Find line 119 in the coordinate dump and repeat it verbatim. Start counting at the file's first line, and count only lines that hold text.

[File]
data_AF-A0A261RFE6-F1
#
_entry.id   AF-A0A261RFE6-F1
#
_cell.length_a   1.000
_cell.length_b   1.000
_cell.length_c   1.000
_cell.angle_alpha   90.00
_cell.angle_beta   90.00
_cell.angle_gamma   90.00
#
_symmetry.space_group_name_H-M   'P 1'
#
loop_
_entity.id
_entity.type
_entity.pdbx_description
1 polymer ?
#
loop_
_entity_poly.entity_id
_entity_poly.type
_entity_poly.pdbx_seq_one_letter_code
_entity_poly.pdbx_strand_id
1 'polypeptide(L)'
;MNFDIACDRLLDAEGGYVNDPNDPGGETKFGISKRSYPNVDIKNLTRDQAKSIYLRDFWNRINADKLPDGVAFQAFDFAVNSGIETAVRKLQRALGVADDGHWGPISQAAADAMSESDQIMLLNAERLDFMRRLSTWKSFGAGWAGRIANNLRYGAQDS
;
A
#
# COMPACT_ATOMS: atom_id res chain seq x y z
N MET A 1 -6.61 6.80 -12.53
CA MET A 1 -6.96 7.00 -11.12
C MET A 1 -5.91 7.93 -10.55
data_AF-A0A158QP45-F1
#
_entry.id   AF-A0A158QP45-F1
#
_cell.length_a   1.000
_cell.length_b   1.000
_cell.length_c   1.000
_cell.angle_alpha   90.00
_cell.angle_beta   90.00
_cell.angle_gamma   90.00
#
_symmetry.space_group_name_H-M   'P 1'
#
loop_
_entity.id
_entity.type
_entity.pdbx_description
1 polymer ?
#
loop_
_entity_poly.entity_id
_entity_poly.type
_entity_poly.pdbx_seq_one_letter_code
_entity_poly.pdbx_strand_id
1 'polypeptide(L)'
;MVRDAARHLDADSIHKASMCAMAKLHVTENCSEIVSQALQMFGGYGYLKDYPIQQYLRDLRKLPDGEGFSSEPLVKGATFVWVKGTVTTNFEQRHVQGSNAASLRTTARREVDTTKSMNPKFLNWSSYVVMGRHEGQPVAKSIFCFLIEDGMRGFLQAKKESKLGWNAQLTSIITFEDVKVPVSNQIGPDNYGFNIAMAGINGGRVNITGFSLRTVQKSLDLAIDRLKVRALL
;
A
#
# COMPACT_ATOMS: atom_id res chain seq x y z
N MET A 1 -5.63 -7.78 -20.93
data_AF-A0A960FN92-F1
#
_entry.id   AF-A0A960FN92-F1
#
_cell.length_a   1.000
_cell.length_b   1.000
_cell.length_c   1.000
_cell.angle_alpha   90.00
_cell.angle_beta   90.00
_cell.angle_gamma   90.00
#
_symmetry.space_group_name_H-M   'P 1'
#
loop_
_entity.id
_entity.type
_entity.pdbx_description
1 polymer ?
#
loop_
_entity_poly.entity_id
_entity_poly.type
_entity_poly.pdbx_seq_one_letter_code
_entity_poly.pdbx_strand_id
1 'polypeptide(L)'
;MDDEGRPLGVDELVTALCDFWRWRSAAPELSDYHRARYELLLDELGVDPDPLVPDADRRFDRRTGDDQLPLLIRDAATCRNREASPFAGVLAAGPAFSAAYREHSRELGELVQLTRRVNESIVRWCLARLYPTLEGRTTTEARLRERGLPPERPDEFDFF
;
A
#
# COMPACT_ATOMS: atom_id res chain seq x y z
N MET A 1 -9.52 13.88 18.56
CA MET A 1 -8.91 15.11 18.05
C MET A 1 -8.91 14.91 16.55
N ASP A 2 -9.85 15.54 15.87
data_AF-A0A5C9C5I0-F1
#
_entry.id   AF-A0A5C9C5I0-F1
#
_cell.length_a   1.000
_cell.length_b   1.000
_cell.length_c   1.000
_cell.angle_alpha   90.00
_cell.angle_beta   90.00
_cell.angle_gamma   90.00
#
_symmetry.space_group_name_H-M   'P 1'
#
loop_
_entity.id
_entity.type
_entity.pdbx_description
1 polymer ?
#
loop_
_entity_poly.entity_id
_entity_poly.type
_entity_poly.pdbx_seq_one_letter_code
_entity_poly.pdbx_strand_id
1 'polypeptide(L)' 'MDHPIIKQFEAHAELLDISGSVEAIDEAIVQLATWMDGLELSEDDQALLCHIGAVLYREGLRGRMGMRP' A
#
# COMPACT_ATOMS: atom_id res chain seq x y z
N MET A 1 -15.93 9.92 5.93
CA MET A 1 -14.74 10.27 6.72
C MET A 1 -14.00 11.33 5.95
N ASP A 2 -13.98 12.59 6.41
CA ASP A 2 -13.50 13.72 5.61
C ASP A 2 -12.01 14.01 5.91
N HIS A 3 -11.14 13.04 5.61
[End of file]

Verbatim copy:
_entity_poly.entity_id